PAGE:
While uncovering the experience of Haitian unaccompanied minors held at Guantánamo Bay during the refugee crisis in the early 1990s, I found it difficult to face the unresolved legacy that the detention left these children. Many of refugee children suffered a range of psychological issues as a result of the traumas of their ordeal. Consequently, it was difficult for them to recall experiences from the naval base, as their memories were painful and unresolved. Many refused to do so, as Haitian psychotherapist Wadson Michel recounts in his interview. Describing his experiences with Haitian minors entering the United States, he vividly recounts the difficulties he encountered while helping to place them in foster care. Working hard to connect with them, Michel found Haitian children were highly reluctant to trust anyone as a result of their treatment in the camps. Even now, decades later, psychological scars continue to troubled many of them. Trying to form an understanding of the experiences of these children, an account that has been mostly undocumented, becomes considerably more difficult given their understandable reluctance to describe this past.
In addition to the violent trauma they experienced while fleeing their home, Haitian child refugees faced destabilizing uncertainty in Guantánamo, waiting fearfully while politicians and officials with whom they had no contact debated their right to asylum. For children with no families, this wait would affect the rest of their lives, leaving them distrustful of a system that had isolated them in an unfamiliar and inhospitable environment for years. The emotional burden of this experience compounds the difficulty inherent in documenting the refugees’ undocumented stories, but also underscores the necessity of bringing these stories to light. The task at hand isn’t simply uncovering a story that no one has yet heard. It is also coaxing out a story no one wants to tell, because the telling is uncomfortable and painful. We need to examine the causes of the suffering in these memories. Learning why the recollection of Guantánamo is painful for many Haitians is part of the history of Guantánamo. A comprehensive history of the place is incomplete without it.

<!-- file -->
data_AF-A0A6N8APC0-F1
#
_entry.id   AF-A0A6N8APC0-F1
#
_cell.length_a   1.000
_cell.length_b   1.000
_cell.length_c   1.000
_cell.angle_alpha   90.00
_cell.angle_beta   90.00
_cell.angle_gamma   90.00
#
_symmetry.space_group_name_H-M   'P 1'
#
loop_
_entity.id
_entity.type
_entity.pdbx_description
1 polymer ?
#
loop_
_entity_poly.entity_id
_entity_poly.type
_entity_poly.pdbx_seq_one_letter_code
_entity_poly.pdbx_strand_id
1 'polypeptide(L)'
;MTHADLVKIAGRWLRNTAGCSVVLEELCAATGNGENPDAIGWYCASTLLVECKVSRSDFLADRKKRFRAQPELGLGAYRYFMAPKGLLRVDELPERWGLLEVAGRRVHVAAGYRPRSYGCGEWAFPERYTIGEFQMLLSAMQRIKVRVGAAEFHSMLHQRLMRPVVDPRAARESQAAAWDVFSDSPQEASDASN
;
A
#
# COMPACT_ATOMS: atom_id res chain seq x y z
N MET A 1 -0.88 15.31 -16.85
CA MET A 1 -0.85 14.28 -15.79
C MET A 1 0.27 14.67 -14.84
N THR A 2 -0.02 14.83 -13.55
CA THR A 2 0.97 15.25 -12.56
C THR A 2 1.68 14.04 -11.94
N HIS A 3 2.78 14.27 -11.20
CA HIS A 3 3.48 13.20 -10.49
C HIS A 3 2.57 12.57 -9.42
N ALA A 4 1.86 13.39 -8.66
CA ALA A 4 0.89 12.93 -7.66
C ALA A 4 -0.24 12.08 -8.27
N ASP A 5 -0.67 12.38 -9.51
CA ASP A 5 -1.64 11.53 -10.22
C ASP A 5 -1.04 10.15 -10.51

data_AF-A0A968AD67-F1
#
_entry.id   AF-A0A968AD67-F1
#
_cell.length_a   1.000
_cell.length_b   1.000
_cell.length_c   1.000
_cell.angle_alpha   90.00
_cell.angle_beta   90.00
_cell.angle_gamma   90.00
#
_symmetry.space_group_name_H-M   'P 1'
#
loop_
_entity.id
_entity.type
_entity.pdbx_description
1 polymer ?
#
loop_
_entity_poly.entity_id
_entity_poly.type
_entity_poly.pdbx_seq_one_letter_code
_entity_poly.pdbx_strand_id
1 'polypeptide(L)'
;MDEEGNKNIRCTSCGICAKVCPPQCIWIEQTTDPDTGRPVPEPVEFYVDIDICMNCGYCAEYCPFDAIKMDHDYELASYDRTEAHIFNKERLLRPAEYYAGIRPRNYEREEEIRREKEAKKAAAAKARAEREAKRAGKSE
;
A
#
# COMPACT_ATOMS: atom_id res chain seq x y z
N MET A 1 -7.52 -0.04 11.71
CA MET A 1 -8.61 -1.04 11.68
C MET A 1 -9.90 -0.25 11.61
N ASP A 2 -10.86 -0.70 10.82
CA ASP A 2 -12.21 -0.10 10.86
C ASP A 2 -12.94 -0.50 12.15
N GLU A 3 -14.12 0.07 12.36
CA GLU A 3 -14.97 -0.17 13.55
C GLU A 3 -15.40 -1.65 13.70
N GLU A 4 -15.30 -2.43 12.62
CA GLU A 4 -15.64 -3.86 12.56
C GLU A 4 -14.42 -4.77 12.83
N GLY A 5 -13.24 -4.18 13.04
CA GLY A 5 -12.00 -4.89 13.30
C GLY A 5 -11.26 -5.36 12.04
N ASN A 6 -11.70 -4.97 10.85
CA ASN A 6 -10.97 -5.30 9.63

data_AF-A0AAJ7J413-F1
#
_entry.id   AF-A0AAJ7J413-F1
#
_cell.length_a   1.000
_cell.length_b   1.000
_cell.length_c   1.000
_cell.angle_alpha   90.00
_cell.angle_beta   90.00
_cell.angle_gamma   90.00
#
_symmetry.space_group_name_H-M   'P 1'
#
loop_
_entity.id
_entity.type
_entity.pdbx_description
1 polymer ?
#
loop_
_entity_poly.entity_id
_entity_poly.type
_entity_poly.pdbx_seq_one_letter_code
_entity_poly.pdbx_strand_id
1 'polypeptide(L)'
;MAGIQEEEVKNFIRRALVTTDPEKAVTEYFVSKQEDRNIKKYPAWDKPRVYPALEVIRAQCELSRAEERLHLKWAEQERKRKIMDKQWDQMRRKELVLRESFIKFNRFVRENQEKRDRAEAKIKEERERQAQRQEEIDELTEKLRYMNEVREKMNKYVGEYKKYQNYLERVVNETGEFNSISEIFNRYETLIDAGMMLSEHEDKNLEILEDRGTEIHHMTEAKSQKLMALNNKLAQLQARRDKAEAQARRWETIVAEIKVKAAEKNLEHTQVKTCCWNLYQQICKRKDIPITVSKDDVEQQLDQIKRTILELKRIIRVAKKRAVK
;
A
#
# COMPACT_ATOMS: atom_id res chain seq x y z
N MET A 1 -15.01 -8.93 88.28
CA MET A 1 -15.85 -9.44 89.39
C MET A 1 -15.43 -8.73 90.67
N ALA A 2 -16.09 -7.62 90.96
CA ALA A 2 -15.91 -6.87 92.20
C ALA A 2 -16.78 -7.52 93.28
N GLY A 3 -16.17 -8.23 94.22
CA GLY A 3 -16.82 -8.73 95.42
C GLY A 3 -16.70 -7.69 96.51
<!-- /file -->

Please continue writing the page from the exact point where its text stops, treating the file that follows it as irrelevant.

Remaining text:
In his interview, Wadson Michel notes his profound feeling of inadequacy, developed after spending only a single summer working with these children. The lack of support available to address psychological issues exacerbated the lasting impact of enduring violence and instability. These children were wronged, and then they were never sufficiently compensated or assisted. A potential step towards healing and closure for those whose lives were disrupted in Guantanamo can be initiated here, in the GPMP by openly acknowledging what happened, who was involved, and how it was wrong. Most importantly, this can be done from the perspectives of those who were actually there, previously unexpressed within the context of Guantánamo’s history. The Haitians had little control over conditions in Guantánamo, and the decision to share their experiences and tell their own stories, however difficult this is, belatedly restores a small measure of that control.
Posted by Kora Welsh – MA Candidate at Northeastern University